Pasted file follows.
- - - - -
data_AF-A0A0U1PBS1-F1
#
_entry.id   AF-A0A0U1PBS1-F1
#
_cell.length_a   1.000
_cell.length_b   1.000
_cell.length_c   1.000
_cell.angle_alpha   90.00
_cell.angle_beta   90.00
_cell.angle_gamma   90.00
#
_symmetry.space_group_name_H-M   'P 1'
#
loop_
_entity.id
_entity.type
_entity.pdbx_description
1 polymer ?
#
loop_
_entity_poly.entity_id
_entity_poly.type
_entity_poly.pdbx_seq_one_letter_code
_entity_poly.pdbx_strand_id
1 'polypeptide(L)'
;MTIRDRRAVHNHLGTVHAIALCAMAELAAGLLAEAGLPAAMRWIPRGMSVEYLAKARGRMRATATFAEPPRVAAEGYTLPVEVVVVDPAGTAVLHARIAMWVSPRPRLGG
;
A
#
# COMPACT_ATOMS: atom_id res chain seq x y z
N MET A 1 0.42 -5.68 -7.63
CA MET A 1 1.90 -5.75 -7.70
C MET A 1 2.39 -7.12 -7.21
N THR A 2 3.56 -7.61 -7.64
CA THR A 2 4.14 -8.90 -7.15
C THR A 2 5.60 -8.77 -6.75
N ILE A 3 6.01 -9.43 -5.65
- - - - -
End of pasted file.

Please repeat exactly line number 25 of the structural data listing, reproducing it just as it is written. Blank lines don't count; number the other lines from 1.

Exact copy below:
1 'polypeptide(L)'